We spoke to Canon Creative, Toka Hlongwane, about his photography in the Create With Canon series. His artwork looks to tell the stories of real people that are not often seen in mainstream media. Here is what he had to say when asked him a few questions about his work:
How would you define your style of photography?
I am a street and documentary photographer.
Did you have any mentors or formal mentorship?
Unfortunately, I never had a mentor. I am self-taught, although I do have photographers I look up to. People like Bra Santu Mofokeng, Ricardo Rangel and Helen Levitt to name a few; whose work I have studied and has aided my craft.
Tell us about your kit. What cameras, lenses and other gear do you use?
What do you look for when shooting?
Because I am a street photographer I often leave home with no idea what I am going to shoot, or what I will find in the streets. It’s a thrilling gamble because some days I come home with horrible images and other days I come home with images that make my mom proud. It’s about being at the right spot at the right time – anticipation, patience, constant adjustment of settings, as well as some luck. Maybe huge a dose of luck. However, for my documentary work, I usually go for honest narratives.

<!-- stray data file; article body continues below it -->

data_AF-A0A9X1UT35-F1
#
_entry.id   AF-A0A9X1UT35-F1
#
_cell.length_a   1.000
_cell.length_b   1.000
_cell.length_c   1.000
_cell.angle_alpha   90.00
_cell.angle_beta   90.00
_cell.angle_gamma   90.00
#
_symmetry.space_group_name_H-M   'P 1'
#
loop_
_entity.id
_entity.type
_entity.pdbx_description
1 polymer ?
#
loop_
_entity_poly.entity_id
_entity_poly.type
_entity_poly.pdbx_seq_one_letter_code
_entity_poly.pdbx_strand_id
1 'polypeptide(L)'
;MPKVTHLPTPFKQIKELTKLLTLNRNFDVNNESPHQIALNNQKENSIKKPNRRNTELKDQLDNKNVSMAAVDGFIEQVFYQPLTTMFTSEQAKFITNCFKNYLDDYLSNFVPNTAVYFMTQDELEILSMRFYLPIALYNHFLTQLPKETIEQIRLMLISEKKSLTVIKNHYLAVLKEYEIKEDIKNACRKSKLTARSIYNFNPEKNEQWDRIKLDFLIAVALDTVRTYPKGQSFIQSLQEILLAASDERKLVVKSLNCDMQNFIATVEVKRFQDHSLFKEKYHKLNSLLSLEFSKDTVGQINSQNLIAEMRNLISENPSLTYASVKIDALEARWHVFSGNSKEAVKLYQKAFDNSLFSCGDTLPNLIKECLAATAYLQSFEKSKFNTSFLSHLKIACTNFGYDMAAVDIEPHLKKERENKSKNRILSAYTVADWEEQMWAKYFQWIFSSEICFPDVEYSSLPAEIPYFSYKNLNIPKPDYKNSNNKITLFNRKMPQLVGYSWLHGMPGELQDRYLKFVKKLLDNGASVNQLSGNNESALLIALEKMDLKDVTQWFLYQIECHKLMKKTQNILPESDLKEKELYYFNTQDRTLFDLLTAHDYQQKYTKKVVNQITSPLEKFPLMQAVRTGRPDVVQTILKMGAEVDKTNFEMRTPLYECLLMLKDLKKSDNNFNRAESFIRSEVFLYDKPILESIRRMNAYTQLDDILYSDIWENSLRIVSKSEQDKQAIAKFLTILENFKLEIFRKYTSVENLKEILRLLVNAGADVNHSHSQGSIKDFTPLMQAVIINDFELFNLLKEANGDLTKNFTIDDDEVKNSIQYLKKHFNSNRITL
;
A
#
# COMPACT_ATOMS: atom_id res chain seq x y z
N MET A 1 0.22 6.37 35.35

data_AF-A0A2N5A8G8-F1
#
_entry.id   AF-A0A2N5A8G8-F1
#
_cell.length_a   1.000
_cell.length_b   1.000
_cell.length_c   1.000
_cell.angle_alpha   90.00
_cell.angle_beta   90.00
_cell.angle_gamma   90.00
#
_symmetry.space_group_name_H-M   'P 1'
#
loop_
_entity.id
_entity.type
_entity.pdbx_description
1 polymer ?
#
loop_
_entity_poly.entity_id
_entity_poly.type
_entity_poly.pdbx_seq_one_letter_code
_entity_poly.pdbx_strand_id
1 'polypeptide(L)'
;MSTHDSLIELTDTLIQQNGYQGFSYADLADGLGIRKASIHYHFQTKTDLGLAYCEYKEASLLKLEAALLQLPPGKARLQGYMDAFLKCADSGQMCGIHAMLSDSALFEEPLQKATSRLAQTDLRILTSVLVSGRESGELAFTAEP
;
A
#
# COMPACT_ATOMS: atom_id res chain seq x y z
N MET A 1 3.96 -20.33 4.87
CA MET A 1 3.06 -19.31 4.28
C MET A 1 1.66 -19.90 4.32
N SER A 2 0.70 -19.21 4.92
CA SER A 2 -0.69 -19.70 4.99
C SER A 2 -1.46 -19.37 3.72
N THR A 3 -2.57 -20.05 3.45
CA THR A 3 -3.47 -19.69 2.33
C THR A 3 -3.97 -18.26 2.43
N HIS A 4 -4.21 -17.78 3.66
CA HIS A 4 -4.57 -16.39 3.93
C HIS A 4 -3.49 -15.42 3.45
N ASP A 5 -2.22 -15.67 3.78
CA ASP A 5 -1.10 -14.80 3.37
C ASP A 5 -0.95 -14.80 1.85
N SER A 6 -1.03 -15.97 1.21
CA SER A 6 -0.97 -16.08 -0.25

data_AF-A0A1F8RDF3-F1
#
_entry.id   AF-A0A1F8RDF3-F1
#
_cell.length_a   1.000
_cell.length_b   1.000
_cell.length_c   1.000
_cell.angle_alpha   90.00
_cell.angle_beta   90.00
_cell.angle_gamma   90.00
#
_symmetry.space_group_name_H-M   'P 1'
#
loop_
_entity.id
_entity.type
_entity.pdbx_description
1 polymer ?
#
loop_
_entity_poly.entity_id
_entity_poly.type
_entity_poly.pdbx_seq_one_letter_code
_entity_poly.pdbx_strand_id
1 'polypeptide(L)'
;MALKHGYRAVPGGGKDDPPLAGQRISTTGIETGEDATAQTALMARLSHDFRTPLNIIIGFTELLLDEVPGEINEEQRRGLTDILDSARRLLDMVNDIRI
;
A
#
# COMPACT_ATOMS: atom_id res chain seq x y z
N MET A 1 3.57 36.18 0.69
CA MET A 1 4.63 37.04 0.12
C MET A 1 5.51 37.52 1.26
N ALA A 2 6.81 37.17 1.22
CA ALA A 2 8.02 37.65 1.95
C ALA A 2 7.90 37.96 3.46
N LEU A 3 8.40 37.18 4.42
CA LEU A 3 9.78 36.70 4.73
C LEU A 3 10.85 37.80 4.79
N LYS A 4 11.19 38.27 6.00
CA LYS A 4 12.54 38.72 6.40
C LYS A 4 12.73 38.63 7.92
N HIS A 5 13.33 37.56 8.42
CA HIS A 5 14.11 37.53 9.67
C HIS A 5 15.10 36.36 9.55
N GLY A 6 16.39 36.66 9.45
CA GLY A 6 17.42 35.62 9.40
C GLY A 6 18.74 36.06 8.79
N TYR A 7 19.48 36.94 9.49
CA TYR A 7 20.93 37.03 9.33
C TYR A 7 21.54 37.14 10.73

What kind of passion projects do you take on, as opposed to commercial jobs?
Most of the projects I take on are topics I find interesting and I think that they aren’t addressed sufficiently. I look for topics that aren’t celebrated or are taken for granted in society; issues that mainstream media doesn’t care about, because I believe everyone has an important story to tell. I use my camera as a medium for those people to tell their own stories in the most honest way possible. I haven’t done a lot of commercial photography yet aside from shooting product shots for friends here and there, but it is something I would like to branch out to at some point in my career.
What people have you collaborated with and why? Can you show us some of the work?
Recently, I have been working on a photo essay about Hanover Park in Cape Town. I embarked on the project to break my own stereotypes about the place and to decriminalise that community, which has often been labelled as a drug and gangster haven. I collaborated with Laverne Hippkhoi Maart who is an artist and activist from the area. Fortunately, I managed to get a New York-based publication called Xeno Zine to publish the story.